"I need this job like I need a hole in the head."
By contrast, Boehner's bad habits belong less to the current generation of legislators than to previous ones, when Senators got drunk in the bar above the Senate before casting votes on legislation and everyone knew who was the alcoholic and who the adulterer, but kept it secret until the DUI, car crash, diddling of congressional pages, swimming naked in the Sea of Galilee or in the Tidal Basin with a stripper. The new generation seems to be abstemious to a fault. (On the other hand, their private behavior may be driven by all the usual addictions and compulsions. Only time and the media will tell.) This generational difference, not only in lifestyle habits but in hardline political philosophy, is expected to be a growing source of conflict between Boehner and the feisty upstarts. "I need this job like I need a hole in the head," Boehner told the Wall Street Journal last week.
As Congress lurches toward its next crisis—whether or not to raise the debt ceiling—Boehner will again be at the helm clutching his smokes like a cutlass. But with Obama saying he won’t negotiate on the need to raise it, the House Speaker will be in for another rough ride with his Republican bedfellows. And the pressure he is under from his own party, let alone the larger responsibilities of being Majority Leader, are likely only to increase his craving for the opiates, endorphins and other sedatives delivered by booze, cigs, UV rays and a good, old cry. Frequent resorting to the Serenity Prayer is probably also on, uh, tap.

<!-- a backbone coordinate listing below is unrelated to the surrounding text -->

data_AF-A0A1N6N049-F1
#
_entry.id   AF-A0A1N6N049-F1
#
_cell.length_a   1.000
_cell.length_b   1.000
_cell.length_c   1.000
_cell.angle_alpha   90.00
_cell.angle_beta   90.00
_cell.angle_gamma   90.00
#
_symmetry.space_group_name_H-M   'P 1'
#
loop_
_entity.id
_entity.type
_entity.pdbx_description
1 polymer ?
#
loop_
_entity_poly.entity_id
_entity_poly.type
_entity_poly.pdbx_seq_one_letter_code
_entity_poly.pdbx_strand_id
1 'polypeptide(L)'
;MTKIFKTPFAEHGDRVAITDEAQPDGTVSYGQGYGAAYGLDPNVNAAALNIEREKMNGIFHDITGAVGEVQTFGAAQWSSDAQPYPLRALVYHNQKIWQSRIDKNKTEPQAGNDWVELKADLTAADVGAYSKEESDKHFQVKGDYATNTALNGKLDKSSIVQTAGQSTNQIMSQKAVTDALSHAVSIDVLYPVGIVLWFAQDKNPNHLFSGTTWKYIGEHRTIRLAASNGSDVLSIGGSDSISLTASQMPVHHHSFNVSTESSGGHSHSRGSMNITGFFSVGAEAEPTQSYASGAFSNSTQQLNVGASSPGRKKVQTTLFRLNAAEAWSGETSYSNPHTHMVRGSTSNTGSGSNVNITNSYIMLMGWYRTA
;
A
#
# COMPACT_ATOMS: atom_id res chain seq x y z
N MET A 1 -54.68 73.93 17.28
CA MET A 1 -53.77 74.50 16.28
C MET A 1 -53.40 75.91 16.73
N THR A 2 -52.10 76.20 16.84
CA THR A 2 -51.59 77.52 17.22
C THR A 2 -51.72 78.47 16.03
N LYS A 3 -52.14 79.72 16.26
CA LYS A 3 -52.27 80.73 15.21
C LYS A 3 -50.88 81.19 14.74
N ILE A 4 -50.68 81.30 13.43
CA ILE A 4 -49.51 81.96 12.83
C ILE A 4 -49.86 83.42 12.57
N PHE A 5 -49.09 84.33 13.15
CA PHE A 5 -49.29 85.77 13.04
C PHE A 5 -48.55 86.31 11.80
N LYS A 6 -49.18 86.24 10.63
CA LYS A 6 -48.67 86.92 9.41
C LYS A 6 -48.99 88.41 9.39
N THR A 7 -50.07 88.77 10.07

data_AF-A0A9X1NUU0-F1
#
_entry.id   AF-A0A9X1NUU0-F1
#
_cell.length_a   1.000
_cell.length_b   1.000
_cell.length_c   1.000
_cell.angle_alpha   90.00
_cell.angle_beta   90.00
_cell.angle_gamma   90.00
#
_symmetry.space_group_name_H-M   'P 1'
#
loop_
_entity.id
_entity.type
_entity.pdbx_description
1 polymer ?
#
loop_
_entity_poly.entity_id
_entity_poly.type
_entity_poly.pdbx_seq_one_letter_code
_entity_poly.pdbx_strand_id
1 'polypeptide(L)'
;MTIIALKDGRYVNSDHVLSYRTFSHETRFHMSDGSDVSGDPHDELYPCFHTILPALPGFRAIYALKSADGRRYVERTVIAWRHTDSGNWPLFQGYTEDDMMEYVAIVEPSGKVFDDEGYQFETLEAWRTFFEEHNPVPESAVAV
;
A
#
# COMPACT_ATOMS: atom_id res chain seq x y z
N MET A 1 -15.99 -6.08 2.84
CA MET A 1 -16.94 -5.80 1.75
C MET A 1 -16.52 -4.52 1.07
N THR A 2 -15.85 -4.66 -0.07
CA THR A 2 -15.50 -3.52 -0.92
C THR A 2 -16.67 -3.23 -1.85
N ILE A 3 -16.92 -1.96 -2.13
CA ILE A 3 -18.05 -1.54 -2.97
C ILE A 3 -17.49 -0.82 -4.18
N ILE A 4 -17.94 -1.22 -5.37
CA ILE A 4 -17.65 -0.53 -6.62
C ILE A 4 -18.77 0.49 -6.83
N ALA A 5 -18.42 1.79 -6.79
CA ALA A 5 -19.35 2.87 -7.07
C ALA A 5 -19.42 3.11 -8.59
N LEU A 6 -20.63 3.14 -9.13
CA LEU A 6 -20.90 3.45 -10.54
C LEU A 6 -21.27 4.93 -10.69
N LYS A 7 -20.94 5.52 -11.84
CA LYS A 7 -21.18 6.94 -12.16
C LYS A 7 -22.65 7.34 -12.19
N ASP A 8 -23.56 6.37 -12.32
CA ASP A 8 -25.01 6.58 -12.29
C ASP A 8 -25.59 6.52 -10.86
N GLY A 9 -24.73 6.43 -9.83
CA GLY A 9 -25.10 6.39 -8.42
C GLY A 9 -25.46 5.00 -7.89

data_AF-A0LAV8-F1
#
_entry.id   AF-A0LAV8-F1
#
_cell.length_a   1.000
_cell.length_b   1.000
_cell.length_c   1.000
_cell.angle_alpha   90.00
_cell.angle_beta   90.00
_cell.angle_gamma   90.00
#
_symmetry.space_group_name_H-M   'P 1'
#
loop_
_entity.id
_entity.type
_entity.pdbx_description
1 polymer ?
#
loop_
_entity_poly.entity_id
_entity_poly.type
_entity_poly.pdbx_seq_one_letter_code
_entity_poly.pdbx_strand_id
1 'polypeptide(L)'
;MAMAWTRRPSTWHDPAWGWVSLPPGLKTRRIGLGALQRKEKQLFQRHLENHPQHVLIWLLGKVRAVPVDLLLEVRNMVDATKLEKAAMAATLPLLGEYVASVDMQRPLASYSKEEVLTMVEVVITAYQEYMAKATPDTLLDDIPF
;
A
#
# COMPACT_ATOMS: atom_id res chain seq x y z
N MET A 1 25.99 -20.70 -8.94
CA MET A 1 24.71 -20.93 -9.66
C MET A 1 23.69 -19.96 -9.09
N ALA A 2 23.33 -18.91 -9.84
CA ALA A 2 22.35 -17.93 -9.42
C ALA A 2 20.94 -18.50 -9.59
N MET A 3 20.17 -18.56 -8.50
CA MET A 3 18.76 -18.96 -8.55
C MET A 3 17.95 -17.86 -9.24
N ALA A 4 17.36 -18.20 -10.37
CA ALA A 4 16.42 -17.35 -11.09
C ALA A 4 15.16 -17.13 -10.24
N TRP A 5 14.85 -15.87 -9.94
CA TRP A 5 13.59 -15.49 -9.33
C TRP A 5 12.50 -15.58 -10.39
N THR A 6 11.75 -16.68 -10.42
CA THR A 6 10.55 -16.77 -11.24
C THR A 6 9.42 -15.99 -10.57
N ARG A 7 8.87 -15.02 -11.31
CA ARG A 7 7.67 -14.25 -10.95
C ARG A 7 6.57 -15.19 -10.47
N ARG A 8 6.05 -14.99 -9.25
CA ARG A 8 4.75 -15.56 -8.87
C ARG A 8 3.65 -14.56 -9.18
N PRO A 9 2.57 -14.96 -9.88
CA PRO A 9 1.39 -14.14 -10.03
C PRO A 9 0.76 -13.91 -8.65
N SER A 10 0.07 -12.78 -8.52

Just last week, Boehner claimed he had Republican defense hawks in his “back pocket,” to use as leverage against Obama to avoid the automatic defense cuts that are set to go into effect if the two sides can’t agree to lower other spending. At least one, Representative Duncan Hunter, a Republican from California—a member of the Armed Services Committee whose district is home to one of the nation’s biggest military installations—shot back that Boehner was getting into “dangerous territory when you talk about using national security as a bargaining chip with the president.”
In his personal narrative, Boehner is fond of sharing the worldview he earned sweeping out his father’s Cincinnati bar as a kid (all 12 Boehner kids did the job at one time or another) and that seems to have shaped his entire life. “You have to learn to deal with every character that walks in the door,” Boehner said in 2010, explaining how he was prepared to handle the incoming freshmen.
But maybe it’s time to step out of the bar and get (back?) into the rooms.
Kevin Gray is a New York-based journalist. He writes about business, crime, politics and celebrity. He has reported from the Congo, Libya, Lebanon, Colombia, China and throughout the U.S. His work has appeared in The New York Times Magazine, New York, Details, People, Men’s Journal and the Washington Post.